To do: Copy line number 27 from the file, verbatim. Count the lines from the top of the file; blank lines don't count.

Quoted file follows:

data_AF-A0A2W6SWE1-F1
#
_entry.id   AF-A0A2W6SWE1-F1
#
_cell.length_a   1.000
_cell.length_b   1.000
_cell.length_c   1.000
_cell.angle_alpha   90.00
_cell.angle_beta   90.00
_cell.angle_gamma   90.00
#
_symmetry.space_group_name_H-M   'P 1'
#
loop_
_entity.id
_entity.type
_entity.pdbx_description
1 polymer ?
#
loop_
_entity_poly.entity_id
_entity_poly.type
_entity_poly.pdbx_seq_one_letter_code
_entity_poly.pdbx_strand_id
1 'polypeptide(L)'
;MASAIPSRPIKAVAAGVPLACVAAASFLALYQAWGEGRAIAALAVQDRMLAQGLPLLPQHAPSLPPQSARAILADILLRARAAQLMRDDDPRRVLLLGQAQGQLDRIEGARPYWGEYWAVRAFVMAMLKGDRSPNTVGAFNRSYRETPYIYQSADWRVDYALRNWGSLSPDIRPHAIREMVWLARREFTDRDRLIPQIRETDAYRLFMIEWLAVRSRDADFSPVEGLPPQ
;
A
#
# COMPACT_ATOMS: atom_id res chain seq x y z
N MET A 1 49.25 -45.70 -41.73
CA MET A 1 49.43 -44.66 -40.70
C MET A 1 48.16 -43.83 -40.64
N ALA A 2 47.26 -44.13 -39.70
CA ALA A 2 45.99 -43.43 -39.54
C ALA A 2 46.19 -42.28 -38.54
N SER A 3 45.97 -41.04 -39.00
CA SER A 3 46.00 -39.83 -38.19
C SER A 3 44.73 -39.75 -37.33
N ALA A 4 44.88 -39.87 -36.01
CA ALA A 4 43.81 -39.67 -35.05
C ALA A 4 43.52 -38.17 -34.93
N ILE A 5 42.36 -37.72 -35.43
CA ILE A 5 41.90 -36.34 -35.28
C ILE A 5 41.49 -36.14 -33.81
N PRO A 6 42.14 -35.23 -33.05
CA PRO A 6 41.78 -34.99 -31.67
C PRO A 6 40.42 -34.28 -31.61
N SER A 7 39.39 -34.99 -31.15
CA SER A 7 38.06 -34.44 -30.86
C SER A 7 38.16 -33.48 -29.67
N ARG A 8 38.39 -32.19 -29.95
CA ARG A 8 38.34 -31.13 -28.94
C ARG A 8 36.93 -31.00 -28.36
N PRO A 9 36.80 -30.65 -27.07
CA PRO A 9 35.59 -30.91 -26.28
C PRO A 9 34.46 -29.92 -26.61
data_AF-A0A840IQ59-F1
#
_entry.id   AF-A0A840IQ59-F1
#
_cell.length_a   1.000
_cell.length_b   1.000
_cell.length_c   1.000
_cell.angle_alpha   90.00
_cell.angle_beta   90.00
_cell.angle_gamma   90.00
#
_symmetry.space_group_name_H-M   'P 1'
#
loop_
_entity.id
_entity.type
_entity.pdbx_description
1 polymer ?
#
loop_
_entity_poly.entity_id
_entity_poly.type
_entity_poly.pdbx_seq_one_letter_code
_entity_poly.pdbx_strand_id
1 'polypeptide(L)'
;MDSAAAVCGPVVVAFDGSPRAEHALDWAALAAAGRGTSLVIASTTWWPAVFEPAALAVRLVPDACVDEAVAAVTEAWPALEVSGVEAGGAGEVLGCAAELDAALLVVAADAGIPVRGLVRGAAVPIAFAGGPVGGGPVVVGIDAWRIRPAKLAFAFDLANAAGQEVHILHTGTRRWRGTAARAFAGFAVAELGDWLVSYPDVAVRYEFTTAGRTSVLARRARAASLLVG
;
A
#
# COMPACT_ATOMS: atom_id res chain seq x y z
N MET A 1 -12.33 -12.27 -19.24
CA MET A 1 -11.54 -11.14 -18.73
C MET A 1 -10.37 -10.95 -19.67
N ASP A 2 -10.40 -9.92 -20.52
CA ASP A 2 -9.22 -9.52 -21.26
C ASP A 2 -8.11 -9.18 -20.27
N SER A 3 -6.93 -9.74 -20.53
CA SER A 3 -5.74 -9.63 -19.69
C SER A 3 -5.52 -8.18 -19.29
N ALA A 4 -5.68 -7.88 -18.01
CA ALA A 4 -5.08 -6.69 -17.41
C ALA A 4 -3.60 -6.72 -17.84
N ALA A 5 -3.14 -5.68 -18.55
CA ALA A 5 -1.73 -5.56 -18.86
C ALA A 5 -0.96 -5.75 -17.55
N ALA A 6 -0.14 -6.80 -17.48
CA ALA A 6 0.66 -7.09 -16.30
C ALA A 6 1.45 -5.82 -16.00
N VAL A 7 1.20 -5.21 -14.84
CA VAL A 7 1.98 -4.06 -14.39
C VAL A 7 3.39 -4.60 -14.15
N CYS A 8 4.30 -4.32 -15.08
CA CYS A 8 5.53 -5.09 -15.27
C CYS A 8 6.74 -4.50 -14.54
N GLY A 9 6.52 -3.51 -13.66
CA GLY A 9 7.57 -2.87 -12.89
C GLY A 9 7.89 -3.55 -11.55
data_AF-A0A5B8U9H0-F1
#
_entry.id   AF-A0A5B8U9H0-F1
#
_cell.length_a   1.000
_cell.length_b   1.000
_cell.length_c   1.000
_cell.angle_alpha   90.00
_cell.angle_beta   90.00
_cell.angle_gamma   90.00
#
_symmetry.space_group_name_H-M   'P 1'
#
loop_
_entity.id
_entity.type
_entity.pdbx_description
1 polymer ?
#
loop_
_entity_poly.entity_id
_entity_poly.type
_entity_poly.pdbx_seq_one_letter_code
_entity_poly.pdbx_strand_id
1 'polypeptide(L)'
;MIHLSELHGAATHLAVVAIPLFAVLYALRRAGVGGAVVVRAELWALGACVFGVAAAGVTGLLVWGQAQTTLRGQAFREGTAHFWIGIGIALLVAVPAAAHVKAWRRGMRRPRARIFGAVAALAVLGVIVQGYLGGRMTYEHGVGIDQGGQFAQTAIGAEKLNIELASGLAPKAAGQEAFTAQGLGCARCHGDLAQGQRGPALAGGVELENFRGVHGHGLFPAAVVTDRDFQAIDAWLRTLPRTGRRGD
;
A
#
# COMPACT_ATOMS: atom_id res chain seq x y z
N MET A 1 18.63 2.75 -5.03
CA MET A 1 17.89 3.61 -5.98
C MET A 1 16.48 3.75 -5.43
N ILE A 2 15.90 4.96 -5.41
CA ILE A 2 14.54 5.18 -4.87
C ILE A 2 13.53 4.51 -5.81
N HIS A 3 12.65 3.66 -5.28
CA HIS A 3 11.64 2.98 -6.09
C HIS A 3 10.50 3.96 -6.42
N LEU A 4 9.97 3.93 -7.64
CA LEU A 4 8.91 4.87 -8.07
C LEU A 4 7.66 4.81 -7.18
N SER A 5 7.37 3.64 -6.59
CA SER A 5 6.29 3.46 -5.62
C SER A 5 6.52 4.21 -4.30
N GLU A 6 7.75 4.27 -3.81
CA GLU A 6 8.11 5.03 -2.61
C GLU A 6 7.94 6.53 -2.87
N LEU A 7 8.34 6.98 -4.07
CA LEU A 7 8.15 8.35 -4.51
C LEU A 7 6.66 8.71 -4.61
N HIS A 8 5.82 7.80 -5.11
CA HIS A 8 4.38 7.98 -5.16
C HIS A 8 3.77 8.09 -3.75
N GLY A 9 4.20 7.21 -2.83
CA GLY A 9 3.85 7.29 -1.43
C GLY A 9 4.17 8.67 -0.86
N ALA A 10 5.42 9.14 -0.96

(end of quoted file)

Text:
;